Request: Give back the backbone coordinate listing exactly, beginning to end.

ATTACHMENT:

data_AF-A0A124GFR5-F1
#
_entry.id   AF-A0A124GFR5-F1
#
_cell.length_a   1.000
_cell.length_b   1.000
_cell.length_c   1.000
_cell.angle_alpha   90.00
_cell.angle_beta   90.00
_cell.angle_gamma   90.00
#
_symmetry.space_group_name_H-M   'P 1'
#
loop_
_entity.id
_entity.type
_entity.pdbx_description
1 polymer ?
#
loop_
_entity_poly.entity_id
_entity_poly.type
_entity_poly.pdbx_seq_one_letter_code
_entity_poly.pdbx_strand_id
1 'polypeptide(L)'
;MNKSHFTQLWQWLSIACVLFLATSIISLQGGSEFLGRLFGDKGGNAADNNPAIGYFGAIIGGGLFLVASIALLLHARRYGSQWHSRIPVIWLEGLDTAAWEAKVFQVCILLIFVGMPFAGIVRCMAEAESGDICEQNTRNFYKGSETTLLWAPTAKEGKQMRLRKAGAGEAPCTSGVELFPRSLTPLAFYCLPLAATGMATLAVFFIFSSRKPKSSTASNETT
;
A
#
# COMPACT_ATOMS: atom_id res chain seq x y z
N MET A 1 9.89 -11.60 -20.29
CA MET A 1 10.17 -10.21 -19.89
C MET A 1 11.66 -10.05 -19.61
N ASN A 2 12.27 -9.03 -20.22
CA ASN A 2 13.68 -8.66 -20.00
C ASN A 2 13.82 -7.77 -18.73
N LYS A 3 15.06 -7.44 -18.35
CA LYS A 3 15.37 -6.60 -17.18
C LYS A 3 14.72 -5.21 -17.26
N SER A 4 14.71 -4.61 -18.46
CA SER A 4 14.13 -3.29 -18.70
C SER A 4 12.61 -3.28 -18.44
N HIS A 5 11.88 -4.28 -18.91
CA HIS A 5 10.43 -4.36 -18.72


data_AF-A0A124GFR5-F1
#
_entry.id   AF-A0A124GFR5-F1
#
_cell.length_a   1.000
_cell.length_b   1.000
_cell.length_c   1.000
_cell.angle_alpha   90.00
_cell.angle_beta   90.00
_cell.angle_gamma   90.00
#
_symmetry.space_group_name_H-M   'P 1'
#
loop_
_entity.id
_entity.type
_entity.pdbx_description
1 polymer ?
#
loop_
_entity_poly.entity_id
_entity_poly.type
_entity_poly.pdbx_seq_one_letter_code
_entity_poly.pdbx_strand_id
1 'polypeptide(L)'
;MNKSHFTQLWQWLSIACVLFLATSIISLQGGSEFLGRLFGDKGGNAADNNPAIGYFGAIIGGGLFLVASIALLLHARRYGSQWHSRIPVIWLEGLDTAAWEAKVFQVCILLIFVGMPFAGIVRCMAEAESGDICEQNTRNFYKGSETTLLWAPTAKEGKQMRLRKAGAGEAPCTSGVELFPRSLTPLAFYCLPLAATGMATLAVFFIFSSRKPKSSTASNETT
;
A
#
# COMPACT_ATOMS: atom_id res chain seq x y z
N MET A 1 9.89 -11.60 -20.29
CA MET A 1 10.17 -10.21 -19.89
C MET A 1 11.66 -10.05 -19.61
N ASN A 2 12.27 -9.03 -20.22
CA ASN A 2 13.68 -8.66 -20.00
C ASN A 2 13.82 -7.77 -18.73
N LYS A 3 15.06 -7.44 -18.35
CA LYS A 3 15.37 -6.60 -17.18
C LYS A 3 14.72 -5.21 -17.26
N SER A 4 14.71 -4.61 -18.46
CA SER A 4 14.13 -3.29 -18.70
C SER A 4 12.61 -3.28 -18.44
N HIS A 5 11.88 -4.28 -18.91
CA HIS A 5 10.43 -4.36 -18.72